FanDuel backs new US regulatory moves
Fantasy sports gaming firm FanDuel has said it welcomes moves by US officials to tighten industry regulations.
The comments came after the attorney general of Massachusetts proposed new rules which would ban people under the age of 21 from playing paid fantasy sports games.
The regulations would also require protection of players' deposits and "robust" data and security measures.
They also seek to ensure "more truthful advertising" and more transparency.
FanDuel said the approach towards regulating fantasy sports made "a tremendous amount of sense".
Officials in several states have been taking a strict approach to the industry, arguing that paid daily games amount to gambling.
'Cease and desist'
Last week, the fast-growing Scottish-American tech firm was served with a cease and desist notice by regulators in New York, effectively telling it to stop taking money in the state.
The top prosecutor argued that fantasy sports firms were running illegal gambling operations.
FanDuel - a leading player in the US fantasy sports business - suspended entry to paid contests for people located in New York pending the outcome of a court hearing next week.
It also launched a petition urging opposition to "any measure that would ban online fantasy sports".
In the latest development, the attorney general's office in Massachusetts said a review it had conducted had "uncovered a number of concerns" about the sector's business practices and "the ability of consumers to have a fair shot while playing these games".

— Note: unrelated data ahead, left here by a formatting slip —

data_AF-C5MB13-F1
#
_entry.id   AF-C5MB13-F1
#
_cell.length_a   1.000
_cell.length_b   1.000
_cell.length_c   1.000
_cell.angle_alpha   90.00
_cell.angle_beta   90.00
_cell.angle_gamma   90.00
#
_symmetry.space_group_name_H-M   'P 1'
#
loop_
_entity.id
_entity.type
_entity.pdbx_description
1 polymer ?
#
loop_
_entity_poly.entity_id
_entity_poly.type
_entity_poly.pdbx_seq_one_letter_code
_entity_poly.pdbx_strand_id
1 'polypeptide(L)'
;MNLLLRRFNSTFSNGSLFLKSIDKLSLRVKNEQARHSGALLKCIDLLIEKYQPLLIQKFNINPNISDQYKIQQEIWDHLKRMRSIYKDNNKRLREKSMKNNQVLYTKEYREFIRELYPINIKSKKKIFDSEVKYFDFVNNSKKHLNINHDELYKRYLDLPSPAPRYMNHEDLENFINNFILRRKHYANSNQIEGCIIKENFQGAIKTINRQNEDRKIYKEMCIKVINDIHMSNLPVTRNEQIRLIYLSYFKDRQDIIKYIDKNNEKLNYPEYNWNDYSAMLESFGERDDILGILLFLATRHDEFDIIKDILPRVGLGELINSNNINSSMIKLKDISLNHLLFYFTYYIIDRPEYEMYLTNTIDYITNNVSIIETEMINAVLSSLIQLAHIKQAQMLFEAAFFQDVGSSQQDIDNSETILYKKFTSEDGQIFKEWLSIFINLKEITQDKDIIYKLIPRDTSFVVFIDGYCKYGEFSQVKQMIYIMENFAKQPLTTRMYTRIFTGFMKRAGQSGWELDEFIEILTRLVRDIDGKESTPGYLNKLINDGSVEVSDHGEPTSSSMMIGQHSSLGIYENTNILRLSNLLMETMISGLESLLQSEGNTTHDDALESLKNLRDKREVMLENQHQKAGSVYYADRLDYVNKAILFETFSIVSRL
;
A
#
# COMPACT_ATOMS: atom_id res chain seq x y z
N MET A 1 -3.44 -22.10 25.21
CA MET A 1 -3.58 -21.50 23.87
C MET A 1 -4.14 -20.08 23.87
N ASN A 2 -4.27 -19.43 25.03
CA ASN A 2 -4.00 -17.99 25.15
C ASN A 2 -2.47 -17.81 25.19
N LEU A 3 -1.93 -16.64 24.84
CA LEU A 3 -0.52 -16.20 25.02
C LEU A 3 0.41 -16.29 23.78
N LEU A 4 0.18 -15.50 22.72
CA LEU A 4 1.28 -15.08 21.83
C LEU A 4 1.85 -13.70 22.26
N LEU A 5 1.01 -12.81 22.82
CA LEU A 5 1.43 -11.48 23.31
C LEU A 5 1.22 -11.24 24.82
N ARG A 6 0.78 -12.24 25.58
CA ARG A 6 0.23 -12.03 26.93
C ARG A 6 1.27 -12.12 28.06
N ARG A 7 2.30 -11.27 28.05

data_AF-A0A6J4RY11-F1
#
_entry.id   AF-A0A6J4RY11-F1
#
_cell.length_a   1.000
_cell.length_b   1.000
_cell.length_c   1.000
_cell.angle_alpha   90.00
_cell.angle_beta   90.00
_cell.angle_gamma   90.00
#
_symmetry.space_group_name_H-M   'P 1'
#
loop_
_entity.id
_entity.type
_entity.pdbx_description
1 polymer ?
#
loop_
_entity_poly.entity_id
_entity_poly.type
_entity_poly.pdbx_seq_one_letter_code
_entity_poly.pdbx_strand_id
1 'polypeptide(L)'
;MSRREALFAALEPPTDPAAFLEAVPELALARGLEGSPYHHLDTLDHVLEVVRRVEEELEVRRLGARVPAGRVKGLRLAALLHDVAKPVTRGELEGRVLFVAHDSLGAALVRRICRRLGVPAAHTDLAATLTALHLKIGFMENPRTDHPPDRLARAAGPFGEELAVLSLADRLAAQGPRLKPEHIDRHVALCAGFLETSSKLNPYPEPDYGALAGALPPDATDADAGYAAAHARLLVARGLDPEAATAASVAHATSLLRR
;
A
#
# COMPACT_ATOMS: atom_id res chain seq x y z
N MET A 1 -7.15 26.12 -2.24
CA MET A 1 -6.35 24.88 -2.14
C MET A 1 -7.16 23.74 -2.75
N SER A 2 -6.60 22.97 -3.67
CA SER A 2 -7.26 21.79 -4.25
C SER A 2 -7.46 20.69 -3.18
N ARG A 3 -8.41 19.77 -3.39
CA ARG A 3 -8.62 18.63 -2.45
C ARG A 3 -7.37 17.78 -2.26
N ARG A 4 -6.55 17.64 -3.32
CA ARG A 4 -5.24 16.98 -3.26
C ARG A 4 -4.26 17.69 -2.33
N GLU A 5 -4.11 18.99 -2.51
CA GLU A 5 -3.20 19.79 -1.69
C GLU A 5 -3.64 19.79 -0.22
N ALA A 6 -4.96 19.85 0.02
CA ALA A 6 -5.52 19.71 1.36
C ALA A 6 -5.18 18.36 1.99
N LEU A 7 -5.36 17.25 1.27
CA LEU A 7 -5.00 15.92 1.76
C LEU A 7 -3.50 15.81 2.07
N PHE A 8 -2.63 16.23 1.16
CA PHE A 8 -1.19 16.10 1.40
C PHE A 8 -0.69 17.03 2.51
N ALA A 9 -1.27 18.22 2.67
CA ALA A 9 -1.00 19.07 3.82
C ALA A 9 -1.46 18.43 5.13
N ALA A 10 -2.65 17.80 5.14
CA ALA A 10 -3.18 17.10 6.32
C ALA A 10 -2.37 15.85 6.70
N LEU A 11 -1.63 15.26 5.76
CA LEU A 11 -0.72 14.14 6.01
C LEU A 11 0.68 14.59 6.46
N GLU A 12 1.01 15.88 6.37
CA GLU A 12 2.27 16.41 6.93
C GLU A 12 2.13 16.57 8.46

Attorney General Maura Healey said: "These regulations are a first of their kind for the daily fantasy sports industry, and they focus on protecting minors, ensuring truthful advertising, bringing more transparency to the industry, and levelling the playing field for all consumers."
"This is a first step, but an important step, as we continue to evaluate this new industry and make sure our laws keep up with these evolving technologies."
Responding to the announcement, FanDuel said: "Attorney General Healey's approach towards regulating fantasy sports makes a tremendous amount of sense - it provides strong protections for consumers and allows sports fans to continue doing something they love.
"FanDuel believes that regulations which increase transparency and ensure contests are fair will benefit the entire fantasy industry.
"We appreciate that there will be a public notice and comment period to collect input from all relevant parties and FanDuel will submit our comments to the regulations in the next 60 days.
"We also welcome the opportunity to work with attorney generals in all states, along with other lawmakers, to implement fair regulations that benefit both consumers and sports tech innovators."
FanDuel was founded in Edinburgh in 2009 by entrepreneurs Nigel and Lesley Eccles, but only operates in America and Canada.
The pair still live in the Scottish capital, although the site's headquarters are in New York.